The rise of the #MeToo movement, wage gap issue, and paid-family leave debate have sparked a shift in workplace management discussion. Marshawn Wolley, SPEA’s director of community engagement and strategic initiatives, uses recent headlines to help the next generation of leaders examine how to effectively manage diversity, including the role of supporting women in the workplace.
Through SPEA’s Managing Workforce Diversity course (V443), management majors and other students learn how to appreciate differences among employees and incorporate an understanding of workforce diversity into their management style.
“If you’re leading an organization that serves a diverse population, you absolutely need women in leadership,” Wolley says. “They’re going to have sensitivities to issues that men may not have.”
Wolley knows the advantages diversity can provide. He’s served in several high-profile management positions in the Indianapolis area, from roles in the mayor’s office to ensuring the inclusion of minority- and women-owned businesses in Super Bowl XLVI.
He combines those experiences with case studies, real-world examples, and concrete activities that prompt students to think about how they should respond to inequality in the workplace.
“It’s about expanding their horizons and helping them understand what the world out there is like,” Wolley says. “I want to make them better managers. If managers aren’t intentional about diversity and inclusion, it creates issues for women. We want to raise students’ awareness about the implications of their actions, while giving them the tools to address those implications.”
One concrete tool students learn is an approach called amplification, a technique Wolley borrowed from a 2016 Washington Post article about a tactic women in the Obama administration said they used to support each other toward advancement.
“We take an institutional barrier that is more conceptual and give them a practical tool that they can actually use,” he says. “It’s an individual action each one of them can take in their daily lives.”
The women in the article explain that when another woman made a key point during meetings, other women would acknowledge, repeat and give credit to her for her idea. They said this amplified the woman’s contribution and kept anyone else from taking credit for it.
“It is empowering for the women in class to say they’ve been in similar situations,” Wolley says. “They take to the idea of amplification quickly, and by the end of the semester the entire class is participating.”
Wolley also wants to ensure students better understand their future workforce by stepping into someone else’s shoes on what he calls a privilege walk.
“It’s an opportunity for my male students to understand what women might think about,” Wolley says. “I ask the young men if they ever think about being inappropriately touched or even raped while they’re walking somewhere. That’s an eye-opening question for them.”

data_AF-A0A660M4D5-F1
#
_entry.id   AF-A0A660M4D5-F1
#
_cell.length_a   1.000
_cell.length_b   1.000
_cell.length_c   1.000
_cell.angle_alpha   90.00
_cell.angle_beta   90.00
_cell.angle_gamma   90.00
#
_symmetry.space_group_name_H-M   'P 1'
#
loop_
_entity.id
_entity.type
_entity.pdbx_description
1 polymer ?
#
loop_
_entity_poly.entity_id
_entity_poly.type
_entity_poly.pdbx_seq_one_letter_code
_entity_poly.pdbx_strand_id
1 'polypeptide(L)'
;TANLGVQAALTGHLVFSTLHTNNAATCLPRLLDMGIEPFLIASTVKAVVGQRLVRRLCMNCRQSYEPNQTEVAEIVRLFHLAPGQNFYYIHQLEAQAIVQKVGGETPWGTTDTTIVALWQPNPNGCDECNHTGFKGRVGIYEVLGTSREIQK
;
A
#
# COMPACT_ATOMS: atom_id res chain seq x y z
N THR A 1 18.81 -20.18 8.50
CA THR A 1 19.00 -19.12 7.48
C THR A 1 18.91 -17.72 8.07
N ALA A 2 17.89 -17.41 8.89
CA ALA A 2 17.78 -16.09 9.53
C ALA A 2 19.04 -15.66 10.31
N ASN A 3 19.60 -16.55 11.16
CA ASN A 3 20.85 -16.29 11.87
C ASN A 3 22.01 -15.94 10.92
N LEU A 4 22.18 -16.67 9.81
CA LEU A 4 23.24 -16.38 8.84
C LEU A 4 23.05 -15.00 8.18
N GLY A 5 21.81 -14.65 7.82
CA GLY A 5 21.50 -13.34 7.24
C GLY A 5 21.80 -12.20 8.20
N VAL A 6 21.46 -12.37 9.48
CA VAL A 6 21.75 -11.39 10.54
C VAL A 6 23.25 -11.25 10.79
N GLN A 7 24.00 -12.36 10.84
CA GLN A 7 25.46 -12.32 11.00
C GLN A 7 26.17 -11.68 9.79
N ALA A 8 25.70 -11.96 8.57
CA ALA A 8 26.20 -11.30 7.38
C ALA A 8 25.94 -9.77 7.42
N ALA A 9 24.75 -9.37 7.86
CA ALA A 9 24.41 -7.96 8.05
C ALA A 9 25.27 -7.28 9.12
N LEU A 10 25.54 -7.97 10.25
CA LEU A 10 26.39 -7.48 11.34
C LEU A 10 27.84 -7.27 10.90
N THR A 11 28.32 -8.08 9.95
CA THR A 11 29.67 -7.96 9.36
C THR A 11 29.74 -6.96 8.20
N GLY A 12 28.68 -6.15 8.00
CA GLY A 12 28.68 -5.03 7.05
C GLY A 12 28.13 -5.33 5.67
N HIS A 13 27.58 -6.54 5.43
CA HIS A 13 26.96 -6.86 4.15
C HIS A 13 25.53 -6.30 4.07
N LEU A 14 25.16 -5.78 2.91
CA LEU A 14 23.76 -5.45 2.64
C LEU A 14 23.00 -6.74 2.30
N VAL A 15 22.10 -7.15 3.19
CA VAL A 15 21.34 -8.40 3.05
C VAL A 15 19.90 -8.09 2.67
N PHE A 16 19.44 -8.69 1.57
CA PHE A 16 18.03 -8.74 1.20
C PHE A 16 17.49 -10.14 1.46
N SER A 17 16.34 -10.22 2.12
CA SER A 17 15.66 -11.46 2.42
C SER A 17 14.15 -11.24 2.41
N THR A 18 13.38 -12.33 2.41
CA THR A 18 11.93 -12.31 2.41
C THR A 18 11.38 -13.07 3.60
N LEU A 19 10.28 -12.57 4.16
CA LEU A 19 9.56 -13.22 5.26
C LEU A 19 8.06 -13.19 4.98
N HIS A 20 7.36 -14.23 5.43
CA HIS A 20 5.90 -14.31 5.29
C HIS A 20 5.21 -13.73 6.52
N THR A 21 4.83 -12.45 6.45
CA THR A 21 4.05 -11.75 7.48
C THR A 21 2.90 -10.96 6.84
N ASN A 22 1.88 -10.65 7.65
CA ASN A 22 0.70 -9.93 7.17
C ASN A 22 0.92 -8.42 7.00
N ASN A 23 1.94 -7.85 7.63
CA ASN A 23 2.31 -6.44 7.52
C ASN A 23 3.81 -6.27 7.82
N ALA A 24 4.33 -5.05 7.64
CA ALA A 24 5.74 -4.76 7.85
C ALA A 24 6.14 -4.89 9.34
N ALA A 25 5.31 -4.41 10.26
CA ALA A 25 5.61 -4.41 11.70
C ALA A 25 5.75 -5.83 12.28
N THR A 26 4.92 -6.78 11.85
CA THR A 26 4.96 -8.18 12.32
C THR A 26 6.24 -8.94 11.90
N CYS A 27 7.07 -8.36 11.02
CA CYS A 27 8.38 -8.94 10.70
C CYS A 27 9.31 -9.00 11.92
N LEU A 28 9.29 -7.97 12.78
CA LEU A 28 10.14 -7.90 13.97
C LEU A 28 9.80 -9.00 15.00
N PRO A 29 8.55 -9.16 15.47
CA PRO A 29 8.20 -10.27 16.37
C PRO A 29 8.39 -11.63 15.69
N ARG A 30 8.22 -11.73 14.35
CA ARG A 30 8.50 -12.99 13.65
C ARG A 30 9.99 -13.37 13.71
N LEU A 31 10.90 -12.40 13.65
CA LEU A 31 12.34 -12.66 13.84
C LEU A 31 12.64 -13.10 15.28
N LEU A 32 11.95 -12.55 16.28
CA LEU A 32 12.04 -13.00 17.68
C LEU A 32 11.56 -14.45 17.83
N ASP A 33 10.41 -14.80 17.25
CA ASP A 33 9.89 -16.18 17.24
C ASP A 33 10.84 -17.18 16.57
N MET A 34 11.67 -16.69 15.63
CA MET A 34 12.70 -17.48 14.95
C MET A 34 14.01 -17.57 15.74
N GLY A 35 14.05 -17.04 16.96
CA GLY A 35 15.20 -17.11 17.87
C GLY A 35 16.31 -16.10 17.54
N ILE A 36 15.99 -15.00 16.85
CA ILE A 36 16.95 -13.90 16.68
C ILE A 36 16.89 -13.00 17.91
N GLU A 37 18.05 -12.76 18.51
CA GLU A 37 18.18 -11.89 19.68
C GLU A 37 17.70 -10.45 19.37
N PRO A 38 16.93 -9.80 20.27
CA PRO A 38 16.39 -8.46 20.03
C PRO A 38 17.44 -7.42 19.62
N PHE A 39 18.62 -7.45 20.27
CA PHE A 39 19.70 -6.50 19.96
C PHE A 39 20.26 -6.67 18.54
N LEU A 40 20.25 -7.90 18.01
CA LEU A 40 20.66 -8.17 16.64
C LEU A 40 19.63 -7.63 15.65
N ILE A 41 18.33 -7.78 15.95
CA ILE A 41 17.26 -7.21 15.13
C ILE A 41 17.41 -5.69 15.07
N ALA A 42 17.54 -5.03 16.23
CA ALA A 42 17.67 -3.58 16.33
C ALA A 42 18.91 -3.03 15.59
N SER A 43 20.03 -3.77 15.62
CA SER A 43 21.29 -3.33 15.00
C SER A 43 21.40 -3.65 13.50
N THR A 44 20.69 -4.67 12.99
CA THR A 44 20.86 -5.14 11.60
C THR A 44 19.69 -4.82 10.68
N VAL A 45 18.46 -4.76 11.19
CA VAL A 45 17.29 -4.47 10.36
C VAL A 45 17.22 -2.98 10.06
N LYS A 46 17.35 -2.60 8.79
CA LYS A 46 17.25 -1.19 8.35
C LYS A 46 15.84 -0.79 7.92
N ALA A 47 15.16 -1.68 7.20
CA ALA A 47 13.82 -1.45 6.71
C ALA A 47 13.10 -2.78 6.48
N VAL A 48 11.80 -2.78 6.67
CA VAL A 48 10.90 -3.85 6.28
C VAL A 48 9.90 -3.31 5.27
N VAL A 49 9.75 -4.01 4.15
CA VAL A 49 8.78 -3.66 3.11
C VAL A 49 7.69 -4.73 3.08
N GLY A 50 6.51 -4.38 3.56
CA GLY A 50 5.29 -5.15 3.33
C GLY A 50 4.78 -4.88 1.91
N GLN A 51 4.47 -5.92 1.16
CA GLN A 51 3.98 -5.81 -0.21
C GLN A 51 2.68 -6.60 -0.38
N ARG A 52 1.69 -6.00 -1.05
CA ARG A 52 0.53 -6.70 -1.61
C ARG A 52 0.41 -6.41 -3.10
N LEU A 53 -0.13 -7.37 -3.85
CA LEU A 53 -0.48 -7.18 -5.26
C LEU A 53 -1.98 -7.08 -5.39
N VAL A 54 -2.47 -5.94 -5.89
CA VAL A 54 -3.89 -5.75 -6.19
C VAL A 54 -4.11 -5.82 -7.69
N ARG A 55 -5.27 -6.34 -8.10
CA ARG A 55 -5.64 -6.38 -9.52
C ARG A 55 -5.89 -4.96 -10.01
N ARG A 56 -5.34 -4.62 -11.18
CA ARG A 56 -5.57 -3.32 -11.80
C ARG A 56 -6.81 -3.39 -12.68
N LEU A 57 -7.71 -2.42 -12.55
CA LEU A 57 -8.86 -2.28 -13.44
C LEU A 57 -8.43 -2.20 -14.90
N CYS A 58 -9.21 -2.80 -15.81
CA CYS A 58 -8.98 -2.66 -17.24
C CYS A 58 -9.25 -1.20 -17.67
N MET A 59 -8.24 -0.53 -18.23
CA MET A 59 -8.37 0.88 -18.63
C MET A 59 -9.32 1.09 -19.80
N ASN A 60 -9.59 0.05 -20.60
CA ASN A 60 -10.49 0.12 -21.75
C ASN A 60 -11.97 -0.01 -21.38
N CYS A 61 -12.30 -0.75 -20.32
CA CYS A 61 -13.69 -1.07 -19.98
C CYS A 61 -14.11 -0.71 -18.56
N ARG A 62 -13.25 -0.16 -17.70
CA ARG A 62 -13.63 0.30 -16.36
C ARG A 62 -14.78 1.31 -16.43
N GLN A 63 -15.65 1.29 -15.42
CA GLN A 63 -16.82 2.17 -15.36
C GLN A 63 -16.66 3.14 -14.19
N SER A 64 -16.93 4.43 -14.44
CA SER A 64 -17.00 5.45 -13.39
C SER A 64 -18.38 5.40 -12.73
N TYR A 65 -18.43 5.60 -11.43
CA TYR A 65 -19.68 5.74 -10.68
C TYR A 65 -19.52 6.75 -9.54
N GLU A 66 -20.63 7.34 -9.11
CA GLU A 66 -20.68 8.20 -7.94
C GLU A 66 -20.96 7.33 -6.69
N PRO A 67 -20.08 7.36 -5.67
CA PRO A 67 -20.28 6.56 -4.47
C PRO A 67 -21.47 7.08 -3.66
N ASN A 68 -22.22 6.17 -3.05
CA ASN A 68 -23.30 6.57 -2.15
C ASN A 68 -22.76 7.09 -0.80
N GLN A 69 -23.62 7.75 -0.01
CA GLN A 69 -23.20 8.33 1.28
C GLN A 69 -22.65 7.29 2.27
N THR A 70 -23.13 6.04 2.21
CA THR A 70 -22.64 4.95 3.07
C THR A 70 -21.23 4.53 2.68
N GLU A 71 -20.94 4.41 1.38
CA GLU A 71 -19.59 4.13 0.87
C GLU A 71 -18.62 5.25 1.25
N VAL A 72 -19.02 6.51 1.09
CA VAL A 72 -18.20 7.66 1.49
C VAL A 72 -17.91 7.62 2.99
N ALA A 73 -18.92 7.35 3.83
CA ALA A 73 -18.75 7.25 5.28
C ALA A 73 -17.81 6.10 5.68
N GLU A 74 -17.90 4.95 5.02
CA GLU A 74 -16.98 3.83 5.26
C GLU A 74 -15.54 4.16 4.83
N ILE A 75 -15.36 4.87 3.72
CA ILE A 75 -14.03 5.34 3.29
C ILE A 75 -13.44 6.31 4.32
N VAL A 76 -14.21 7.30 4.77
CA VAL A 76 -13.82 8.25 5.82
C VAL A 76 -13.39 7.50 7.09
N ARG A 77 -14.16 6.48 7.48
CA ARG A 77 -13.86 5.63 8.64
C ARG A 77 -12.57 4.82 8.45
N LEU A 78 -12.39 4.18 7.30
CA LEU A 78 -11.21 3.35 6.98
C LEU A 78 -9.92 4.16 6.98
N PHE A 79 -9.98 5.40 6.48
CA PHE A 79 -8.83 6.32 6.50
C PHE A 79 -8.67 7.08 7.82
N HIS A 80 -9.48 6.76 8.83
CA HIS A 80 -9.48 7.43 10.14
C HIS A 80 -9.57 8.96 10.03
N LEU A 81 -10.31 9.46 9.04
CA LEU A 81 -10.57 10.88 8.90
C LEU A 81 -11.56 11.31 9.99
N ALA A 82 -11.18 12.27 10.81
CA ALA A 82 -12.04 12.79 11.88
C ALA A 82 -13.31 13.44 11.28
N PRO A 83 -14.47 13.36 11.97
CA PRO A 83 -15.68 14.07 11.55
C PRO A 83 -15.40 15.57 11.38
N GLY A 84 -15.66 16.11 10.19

The discussion about sexual assault is often a break-through portion of the course. Wolley uses the #MeToo movement as a starting point. He finds many male and female students alike want to openly talk about their own experiences.
“That conversation is powerful,” he says. “We use it as a way to get through a tough conversation: learning how to listen, how to read when people are becoming emotional or shutting down, and how to respond as a manager.”
Another learning opportunity comes when Doneisha Posey, the deputy director and general counsel for the Indiana Civil Rights Commission, speaks to the class. Posey discusses an array of potential hiring discrimination pitfalls, but the conversation peaked on the topic of hiring a woman who may be pregnant.
“What if a company is interviewing a woman who is far along in her pregnancy and after they hire her, she leaves when she has the baby?” one student asked. “Is the employer just at a loss?”
“How would you know for sure if she was going to take off time? Some women can’t or don’t want to take time off,” Posey said. “You can’t assume that a pregnant woman is going to want to take time off or become a stay-at-home mom. It’s not at a loss to the employer, because you don’t know.”
Wolley chimed in, saying it could be an opportunity for the company to demonstrate a commitment to the employee.
Posey closed the topic with a final question: “What about the men who want to take off? No one asks about that?”
Wolley noted the students’ silence to that question with a smile. He said they previously talked about the motherhood penalty and the fatherhood bonus concept, and this conversation had added another perspective for them to consider.
Despite the thought-provoking content, Wolley says he doesn’t push students to change personal views.
“I want them to be exposed to the concepts,” he says. “If they don’t agree, that’s fine, but at least they’ve been exposed to the ideas. They are equipped with practical tools on how to better work with a diverse employee base.”
Wolley notes that a good portion of students will stay in the Central Indiana area. He points to growing diversity in Indianapolis, and the fact that students will work with that diverse public as well.
“Diversity can either be something that holds you back or something that you leverage,” he says. “I want students to be able to reserve judgment and just try to manage, instead of imposing their world view on others. That’s critical to being a 21st century manager.”